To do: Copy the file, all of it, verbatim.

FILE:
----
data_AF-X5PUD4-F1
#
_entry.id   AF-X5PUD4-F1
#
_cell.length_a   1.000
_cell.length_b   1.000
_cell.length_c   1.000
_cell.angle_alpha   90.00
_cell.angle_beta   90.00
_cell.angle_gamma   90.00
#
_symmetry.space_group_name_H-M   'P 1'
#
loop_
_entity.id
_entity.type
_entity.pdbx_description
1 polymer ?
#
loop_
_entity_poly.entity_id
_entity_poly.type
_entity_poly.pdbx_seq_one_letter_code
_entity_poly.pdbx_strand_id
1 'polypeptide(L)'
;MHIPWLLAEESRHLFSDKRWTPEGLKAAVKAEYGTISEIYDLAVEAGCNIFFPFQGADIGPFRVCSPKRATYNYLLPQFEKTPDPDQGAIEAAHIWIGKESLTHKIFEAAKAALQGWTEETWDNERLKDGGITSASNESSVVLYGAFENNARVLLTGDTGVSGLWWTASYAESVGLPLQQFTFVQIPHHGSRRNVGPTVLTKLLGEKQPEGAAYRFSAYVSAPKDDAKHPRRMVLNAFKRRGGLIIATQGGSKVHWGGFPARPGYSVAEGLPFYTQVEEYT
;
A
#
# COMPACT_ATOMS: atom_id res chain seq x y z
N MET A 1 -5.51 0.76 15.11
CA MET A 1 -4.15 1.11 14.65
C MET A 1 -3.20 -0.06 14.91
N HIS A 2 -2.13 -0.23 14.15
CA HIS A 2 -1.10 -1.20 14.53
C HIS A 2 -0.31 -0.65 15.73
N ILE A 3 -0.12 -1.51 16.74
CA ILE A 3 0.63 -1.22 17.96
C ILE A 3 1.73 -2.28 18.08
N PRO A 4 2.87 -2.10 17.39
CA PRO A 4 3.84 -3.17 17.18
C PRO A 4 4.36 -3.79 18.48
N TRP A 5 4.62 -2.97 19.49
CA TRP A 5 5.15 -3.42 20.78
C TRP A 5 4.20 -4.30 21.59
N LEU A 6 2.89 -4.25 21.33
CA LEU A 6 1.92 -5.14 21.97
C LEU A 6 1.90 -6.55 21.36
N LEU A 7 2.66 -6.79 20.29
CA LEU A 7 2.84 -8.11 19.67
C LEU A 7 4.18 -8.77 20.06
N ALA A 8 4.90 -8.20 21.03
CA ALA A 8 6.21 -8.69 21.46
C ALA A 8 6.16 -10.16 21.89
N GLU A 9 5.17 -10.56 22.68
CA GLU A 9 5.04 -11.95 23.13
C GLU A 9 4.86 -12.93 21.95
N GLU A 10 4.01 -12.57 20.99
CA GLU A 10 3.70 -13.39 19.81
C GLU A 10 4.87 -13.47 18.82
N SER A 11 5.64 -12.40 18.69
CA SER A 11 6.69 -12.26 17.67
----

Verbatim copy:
data_AF-X5PUD4-F1
#
_entry.id   AF-X5PUD4-F1
#
_cell.length_a   1.000
_cell.length_b   1.000
_cell.length_c   1.000
_cell.angle_alpha   90.00
_cell.angle_beta   90.00
_cell.angle_gamma   90.00
#
_symmetry.space_group_name_H-M   'P 1'
#
loop_
_entity.id
_entity.type
_entity.pdbx_description
1 polymer ?
#
loop_
_entity_poly.entity_id
_entity_poly.type
_entity_poly.pdbx_seq_one_letter_code
_entity_poly.pdbx_strand_id
1 'polypeptide(L)'
;MHIPWLLAEESRHLFSDKRWTPEGLKAAVKAEYGTISEIYDLAVEAGCNIFFPFQGADIGPFRVCSPKRATYNYLLPQFEKTPDPDQGAIEAAHIWIGKESLTHKIFEAAKAALQGWTEETWDNERLKDGGITSASNESSVVLYGAFENNARVLLTGDTGVSGLWWTASYAESVGLPLQQFTFVQIPHHGSRRNVGPTVLTKLLGEKQPEGAAYRFSAYVSAPKDDAKHPRRMVLNAFKRRGGLIIATQGGSKVHWGGFPARPGYSVAEGLPFYTQVEEYT
;
A
#
# COMPACT_ATOMS: atom_id res chain seq x y z
N MET A 1 -5.51 0.76 15.11
CA MET A 1 -4.15 1.11 14.65
C MET A 1 -3.20 -0.06 14.91
N HIS A 2 -2.13 -0.23 14.15
CA HIS A 2 -1.10 -1.20 14.53
C HIS A 2 -0.31 -0.65 15.73
N ILE A 3 -0.12 -1.51 16.74
CA ILE A 3 0.63 -1.22 17.96
C ILE A 3 1.73 -2.28 18.08
N PRO A 4 2.87 -2.10 17.39
CA PRO A 4 3.84 -3.17 17.18
C PRO A 4 4.36 -3.79 18.48
N TRP A 5 4.62 -2.97 19.49
CA TRP A 5 5.15 -3.42 20.78
C TRP A 5 4.20 -4.30 21.59
N LEU A 6 2.89 -4.25 21.33
CA LEU A 6 1.92 -5.14 21.97
C LEU A 6 1.90 -6.55 21.36
N LEU A 7 2.66 -6.79 20.29
CA LEU A 7 2.84 -8.11 19.67
C LEU A 7 4.18 -8.77 20.06
N ALA A 8 4.90 -8.20 21.03
CA ALA A 8 6.21 -8.69 21.46
C ALA A 8 6.16 -10.16 21.89
N GLU A 9 5.17 -10.56 22.68
CA GLU A 9 5.04 -11.95 23.13
C GLU A 9 4.86 -12.93 21.95
N GLU A 10 4.01 -12.57 20.99
CA GLU A 10 3.70 -13.39 19.81
C GLU A 10 4.87 -13.47 18.82
N SER A 11 5.64 -12.40 18.69
CA SER A 11 6.69 -12.26 17.67